Railway transport brought inevitable change to the area following the success of Stephenson's Rocket at the nearby Rainhill Trials and the subsequent development of the Liverpool to Manchester Railway in the 1830's. Huyton station (WFN83) remains today a vital link in the local transport system.

Although much of old Huyton village was pulled down in the 1960's to make way for road widening and the Shopping Centre (HU20), there are still buildings of note remaining within other parts of the township. These include Hurst House (WFN45), built around 1830 (now occupied by the clubhouse of the local golf club), and The Hazels (WFN106), an impressive red brick house of 1764, which for many years was part of the C. F. Mott Teacher Training College on Liverpool Road. During the 19th Century it was also the home for members of the Pilkington family, the glass-makers of St. Helens. The site is once again being developed, with the Hazels becoming a hotel within a new business park complex.

Huyton College (HU93/189), close to Huyton Station, was a complex of Victorian villas, which became collectively Liverpool College for Girls (HU319). Although the school opened in 1894, some of its outlying buildings in 'The Orchard' and St. Mary's Road, date from the 1850's and were formerly occupied by merchants and ship owners. Other surviving large old buildings are now employed as residential homes for the elderly, including Thornton Leigh (WFN74) in Huyton Lane and Yewtree, on Roby Road, now called St. Helena's.

The Beecham (HU264) family resided for many years in Huyton. Their estate encompassed the area now occupied by Blacklow Brow, The Rooley, and part of Tarbock Road. Their residence, Ewanville (HU249) was occupied by the family between 1885-1928. A few years later, the estate was sold and developed.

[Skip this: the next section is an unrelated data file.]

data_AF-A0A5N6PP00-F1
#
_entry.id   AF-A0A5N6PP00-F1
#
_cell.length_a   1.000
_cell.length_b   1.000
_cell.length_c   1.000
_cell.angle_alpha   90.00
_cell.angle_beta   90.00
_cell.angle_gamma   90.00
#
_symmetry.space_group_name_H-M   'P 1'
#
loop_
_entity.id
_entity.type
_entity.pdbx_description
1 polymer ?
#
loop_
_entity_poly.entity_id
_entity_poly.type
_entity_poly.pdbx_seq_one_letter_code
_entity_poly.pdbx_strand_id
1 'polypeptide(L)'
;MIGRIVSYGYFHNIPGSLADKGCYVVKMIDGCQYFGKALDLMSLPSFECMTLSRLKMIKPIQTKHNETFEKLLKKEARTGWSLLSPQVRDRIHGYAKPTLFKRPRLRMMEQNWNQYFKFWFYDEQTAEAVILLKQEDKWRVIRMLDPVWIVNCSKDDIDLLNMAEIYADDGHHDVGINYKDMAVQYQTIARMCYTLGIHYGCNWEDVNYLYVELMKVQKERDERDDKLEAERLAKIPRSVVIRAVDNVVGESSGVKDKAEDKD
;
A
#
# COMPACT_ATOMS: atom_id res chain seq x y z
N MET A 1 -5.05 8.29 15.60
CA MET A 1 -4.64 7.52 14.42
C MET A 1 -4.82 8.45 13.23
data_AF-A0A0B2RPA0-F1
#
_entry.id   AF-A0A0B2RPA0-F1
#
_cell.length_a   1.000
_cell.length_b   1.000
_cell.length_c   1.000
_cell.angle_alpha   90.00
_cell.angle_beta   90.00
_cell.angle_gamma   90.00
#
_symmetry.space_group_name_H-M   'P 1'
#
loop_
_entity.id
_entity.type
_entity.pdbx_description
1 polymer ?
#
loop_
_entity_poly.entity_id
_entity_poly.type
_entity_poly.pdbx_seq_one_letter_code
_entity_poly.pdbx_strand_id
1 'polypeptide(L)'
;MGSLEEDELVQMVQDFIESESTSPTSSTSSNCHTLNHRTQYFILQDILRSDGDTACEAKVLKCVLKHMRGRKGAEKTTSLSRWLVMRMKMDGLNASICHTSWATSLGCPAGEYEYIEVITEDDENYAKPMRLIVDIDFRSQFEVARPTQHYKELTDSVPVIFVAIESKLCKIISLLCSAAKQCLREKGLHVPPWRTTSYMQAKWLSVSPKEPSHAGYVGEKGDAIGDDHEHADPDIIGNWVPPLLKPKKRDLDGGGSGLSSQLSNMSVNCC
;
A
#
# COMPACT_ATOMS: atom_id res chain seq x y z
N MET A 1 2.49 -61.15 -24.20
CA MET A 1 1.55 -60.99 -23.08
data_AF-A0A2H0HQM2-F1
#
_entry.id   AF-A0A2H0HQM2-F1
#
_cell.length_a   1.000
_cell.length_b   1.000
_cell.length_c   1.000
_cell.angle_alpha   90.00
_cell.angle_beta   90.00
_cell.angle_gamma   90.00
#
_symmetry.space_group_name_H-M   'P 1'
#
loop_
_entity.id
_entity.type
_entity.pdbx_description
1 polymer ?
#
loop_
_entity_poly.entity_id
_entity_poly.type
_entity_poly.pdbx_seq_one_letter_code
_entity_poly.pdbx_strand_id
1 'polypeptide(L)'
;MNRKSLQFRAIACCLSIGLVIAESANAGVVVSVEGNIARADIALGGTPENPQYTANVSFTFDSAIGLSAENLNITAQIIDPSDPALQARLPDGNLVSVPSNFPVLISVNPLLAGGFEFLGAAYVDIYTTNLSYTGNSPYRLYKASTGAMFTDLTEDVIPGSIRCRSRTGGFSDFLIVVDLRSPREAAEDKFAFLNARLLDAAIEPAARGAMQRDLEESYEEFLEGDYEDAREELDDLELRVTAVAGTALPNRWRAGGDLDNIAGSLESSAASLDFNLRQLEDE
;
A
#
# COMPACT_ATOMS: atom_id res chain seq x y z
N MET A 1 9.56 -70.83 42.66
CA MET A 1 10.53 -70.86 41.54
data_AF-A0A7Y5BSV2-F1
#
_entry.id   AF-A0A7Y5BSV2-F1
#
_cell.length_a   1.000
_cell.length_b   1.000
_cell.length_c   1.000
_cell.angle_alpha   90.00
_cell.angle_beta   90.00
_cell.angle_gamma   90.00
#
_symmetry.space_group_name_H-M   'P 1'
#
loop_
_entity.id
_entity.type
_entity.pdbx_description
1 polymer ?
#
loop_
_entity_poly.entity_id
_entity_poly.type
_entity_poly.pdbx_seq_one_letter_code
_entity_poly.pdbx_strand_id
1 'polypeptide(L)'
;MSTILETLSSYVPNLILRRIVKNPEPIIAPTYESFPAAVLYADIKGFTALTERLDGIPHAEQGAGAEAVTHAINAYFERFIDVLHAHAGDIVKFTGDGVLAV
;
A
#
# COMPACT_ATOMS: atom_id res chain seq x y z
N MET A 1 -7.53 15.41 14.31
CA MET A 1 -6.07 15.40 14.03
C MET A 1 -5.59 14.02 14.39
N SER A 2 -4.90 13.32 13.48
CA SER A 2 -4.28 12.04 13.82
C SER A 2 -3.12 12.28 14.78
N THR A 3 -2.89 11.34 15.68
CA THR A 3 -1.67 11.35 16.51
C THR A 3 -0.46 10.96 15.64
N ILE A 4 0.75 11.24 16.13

During the Second World War, some houses in the Jeffrey's Crescent (HU54) area around Page Moss and the Coronation Drive and Reva Road area in Swanside were damaged by bombing which took place from late 1940, up to the 'May Blitz' of 1941 during which, a number of civilians were killed. Also, early in the war, an internment camp (HU94/14) was set up in Huyton to house German and Austrian nationals who had been detained for fear of collaboration and spying. They were placed in unoccupied council housing where a number of streets were fenced off with barbed wire.

Huyton expanded greatly when land owned by Lord Derby was sold to the Liverpool Corporation in the 1930s. Housing estates, mostly post-war, appeared over a wide area and this increase in population required changes to Huyton-with-Roby's infrastructure. Redevelopment took place around the Derby Road and Archway Road area (HU167) which included road alterations and the demolition of many old structures such as the old Infants School building (HU92/43) and bank building (HU228), as Huyton Village was transformed into a modern town centre. This change is clearly evident through a study of photographs of Derby Road taken in the 1870s (HU147), the 1950s (HU153) and in 1977(HU20) before it was pedestrianised. (figures in brackets are reference numbers of photos in the main site)